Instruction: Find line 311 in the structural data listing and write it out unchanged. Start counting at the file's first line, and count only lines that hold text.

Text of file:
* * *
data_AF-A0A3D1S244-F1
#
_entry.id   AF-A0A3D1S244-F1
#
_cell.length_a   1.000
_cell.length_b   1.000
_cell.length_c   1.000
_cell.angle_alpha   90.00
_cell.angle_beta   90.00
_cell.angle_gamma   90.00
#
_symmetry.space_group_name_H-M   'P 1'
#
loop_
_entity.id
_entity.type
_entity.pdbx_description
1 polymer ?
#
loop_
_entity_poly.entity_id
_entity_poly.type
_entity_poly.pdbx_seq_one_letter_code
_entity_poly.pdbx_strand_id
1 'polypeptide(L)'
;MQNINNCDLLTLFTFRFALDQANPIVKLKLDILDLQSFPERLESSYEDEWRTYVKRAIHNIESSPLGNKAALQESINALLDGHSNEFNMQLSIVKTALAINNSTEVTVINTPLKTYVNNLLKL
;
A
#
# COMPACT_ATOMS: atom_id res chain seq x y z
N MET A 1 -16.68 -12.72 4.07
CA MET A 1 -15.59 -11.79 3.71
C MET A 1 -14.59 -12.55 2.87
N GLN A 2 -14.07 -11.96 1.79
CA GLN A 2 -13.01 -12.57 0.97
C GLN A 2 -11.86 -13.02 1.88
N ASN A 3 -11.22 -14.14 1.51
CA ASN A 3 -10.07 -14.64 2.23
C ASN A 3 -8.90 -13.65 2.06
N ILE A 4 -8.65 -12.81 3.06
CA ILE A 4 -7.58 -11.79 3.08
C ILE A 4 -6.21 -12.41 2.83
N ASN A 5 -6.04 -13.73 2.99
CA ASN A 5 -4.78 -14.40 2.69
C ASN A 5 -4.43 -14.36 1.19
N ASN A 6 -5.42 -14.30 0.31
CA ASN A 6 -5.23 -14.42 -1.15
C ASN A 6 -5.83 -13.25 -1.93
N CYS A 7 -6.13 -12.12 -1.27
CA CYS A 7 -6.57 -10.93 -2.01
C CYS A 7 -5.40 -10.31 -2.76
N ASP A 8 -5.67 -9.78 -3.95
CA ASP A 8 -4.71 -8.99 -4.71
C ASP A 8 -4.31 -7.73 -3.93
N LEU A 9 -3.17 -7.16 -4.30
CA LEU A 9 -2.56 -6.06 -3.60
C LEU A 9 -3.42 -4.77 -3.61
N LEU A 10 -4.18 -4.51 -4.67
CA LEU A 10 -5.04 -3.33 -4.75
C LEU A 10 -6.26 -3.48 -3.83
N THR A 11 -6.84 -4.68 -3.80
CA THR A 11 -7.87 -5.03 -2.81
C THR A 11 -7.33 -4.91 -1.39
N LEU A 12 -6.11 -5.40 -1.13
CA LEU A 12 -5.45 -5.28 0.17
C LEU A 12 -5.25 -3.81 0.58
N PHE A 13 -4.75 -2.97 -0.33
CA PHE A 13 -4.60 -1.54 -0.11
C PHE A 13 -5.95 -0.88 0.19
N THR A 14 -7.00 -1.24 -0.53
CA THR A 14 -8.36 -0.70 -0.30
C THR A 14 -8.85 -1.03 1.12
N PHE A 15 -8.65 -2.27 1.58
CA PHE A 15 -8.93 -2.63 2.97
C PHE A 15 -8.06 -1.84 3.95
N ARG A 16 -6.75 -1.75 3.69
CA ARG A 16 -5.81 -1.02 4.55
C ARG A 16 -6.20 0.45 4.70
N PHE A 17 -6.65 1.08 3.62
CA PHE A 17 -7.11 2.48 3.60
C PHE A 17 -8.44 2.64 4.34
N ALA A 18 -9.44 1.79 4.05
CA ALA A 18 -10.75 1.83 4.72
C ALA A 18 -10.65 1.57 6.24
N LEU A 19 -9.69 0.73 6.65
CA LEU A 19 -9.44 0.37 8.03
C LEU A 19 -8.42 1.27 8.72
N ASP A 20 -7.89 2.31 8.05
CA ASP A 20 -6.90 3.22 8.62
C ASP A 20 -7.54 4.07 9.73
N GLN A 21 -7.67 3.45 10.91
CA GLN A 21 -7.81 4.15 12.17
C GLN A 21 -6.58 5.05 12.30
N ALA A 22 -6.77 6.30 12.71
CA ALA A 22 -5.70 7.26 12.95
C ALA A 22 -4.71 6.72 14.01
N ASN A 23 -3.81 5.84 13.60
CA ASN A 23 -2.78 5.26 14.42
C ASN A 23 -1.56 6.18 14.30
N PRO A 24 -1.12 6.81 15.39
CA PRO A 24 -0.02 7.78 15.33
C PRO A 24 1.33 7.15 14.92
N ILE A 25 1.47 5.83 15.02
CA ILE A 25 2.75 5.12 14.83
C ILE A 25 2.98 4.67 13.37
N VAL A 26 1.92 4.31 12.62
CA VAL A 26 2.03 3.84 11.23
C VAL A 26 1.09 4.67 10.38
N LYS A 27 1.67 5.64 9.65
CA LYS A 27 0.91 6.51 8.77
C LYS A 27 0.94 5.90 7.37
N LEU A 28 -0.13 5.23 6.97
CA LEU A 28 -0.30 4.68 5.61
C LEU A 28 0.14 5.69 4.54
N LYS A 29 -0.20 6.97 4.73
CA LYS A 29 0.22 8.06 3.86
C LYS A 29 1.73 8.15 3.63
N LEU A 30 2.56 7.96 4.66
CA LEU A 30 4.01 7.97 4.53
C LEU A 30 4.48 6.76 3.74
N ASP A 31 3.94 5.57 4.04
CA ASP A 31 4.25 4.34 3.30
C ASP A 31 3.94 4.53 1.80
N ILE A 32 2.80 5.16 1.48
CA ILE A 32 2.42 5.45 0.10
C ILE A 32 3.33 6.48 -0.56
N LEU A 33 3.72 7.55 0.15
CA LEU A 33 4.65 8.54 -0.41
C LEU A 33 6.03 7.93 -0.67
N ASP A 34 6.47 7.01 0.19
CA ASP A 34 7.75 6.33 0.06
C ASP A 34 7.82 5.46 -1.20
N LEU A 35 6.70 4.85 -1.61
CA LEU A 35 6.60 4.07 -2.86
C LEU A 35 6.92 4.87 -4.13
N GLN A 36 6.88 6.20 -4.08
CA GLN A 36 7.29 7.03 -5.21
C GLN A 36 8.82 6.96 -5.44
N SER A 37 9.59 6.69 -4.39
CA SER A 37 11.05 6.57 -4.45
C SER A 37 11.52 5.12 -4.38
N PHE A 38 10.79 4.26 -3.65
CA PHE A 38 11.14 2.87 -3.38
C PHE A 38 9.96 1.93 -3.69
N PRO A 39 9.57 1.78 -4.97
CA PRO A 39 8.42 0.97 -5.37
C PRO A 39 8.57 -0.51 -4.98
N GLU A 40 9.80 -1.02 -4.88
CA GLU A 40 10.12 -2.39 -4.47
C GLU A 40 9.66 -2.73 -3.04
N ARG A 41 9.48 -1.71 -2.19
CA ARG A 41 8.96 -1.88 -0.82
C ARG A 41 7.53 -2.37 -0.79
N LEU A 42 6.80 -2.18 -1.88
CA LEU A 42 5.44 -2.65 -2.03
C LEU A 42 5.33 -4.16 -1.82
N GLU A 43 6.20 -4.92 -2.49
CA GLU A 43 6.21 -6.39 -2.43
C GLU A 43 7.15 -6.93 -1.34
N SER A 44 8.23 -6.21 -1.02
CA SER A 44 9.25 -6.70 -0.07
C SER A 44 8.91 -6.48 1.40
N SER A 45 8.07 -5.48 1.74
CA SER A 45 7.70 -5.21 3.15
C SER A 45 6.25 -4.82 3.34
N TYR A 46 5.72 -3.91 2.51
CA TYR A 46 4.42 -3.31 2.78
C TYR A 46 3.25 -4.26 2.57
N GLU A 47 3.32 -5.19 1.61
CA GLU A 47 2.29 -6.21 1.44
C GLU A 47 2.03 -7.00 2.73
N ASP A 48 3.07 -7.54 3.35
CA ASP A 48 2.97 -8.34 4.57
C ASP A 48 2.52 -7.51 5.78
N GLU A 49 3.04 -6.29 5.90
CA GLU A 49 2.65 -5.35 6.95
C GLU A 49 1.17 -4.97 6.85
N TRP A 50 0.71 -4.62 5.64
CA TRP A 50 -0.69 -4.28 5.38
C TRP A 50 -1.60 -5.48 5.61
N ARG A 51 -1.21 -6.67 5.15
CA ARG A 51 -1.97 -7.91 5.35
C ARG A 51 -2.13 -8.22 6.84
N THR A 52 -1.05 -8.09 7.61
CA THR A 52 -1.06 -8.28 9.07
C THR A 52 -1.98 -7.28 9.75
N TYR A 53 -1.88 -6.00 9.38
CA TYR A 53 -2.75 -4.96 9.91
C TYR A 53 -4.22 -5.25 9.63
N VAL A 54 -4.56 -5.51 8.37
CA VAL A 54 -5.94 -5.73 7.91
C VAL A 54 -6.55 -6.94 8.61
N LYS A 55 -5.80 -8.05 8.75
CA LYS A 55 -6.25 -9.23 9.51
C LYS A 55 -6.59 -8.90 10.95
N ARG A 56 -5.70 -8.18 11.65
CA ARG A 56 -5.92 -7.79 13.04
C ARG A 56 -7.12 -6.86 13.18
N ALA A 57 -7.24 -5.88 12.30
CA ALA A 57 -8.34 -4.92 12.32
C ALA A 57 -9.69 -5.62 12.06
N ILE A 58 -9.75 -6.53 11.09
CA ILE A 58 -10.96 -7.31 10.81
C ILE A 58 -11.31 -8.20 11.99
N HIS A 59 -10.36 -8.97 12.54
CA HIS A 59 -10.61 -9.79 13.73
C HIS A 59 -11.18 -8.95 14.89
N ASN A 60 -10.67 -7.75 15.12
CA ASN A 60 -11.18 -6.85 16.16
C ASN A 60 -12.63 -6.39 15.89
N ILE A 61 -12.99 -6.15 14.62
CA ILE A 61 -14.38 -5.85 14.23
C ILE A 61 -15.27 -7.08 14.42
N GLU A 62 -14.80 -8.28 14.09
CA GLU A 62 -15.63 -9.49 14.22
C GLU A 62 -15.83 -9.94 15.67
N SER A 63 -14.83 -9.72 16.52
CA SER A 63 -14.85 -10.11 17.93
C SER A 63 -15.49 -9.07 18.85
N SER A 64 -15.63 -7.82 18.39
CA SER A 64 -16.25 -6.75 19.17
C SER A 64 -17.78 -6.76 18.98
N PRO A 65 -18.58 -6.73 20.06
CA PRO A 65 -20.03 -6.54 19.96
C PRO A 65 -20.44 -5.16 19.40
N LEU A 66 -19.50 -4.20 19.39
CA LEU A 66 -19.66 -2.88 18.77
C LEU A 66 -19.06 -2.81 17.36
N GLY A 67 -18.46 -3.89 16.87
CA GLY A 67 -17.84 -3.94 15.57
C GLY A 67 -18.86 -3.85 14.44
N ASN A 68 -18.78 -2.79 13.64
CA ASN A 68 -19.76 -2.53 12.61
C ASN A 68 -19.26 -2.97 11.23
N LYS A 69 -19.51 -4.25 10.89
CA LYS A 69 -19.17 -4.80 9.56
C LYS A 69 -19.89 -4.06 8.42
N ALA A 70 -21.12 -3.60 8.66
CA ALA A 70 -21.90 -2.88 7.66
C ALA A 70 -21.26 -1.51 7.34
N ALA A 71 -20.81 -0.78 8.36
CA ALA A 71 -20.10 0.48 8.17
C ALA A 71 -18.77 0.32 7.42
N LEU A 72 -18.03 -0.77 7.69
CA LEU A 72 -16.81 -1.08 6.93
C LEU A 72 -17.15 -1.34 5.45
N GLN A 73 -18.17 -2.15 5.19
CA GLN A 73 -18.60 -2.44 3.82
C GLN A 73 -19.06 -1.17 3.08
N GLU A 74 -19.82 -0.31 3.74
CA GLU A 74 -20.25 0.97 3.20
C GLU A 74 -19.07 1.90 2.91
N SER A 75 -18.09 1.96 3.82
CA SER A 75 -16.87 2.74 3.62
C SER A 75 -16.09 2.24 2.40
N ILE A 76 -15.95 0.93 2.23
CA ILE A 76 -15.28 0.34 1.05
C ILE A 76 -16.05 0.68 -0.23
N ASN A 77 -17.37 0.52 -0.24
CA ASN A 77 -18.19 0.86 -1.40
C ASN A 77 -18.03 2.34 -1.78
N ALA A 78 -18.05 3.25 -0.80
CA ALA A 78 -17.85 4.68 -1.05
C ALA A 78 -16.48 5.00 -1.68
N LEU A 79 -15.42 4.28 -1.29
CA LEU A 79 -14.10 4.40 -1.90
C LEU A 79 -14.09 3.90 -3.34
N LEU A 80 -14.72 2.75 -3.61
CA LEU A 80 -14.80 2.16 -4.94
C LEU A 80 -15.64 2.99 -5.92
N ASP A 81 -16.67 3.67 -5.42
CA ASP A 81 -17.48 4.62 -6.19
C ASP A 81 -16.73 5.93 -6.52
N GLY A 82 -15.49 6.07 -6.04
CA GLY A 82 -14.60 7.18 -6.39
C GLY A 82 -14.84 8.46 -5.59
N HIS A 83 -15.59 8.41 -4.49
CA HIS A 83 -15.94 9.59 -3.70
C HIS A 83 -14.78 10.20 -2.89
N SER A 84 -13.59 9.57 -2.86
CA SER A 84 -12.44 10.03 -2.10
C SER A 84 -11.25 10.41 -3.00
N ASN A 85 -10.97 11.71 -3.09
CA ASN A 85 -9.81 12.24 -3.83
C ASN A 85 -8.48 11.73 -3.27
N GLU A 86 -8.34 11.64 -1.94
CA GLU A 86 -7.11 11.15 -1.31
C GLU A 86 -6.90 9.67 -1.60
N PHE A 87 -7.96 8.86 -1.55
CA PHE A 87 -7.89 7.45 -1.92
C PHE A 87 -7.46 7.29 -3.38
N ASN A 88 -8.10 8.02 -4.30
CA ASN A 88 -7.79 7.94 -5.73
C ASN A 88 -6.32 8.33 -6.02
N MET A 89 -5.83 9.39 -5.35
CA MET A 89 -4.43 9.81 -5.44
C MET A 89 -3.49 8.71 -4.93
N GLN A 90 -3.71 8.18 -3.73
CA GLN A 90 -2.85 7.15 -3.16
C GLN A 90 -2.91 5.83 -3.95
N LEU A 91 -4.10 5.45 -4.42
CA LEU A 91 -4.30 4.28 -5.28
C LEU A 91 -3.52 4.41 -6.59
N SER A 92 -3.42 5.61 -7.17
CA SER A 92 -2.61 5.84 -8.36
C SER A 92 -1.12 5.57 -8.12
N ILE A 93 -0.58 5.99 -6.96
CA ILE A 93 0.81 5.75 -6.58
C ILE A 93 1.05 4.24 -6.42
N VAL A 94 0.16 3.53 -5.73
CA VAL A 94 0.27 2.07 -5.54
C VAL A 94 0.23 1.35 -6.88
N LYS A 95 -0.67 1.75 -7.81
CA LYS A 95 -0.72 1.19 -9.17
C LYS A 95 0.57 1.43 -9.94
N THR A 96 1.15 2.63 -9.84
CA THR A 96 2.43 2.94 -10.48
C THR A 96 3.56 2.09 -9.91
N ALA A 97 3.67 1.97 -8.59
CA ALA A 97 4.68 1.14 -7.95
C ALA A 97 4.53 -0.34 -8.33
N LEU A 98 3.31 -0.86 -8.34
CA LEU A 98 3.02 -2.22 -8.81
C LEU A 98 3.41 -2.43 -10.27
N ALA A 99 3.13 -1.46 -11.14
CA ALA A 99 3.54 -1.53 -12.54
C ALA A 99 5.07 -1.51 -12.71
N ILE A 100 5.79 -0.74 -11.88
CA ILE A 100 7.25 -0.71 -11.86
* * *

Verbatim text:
CA VAL A 94 0.27 2.07 -5.54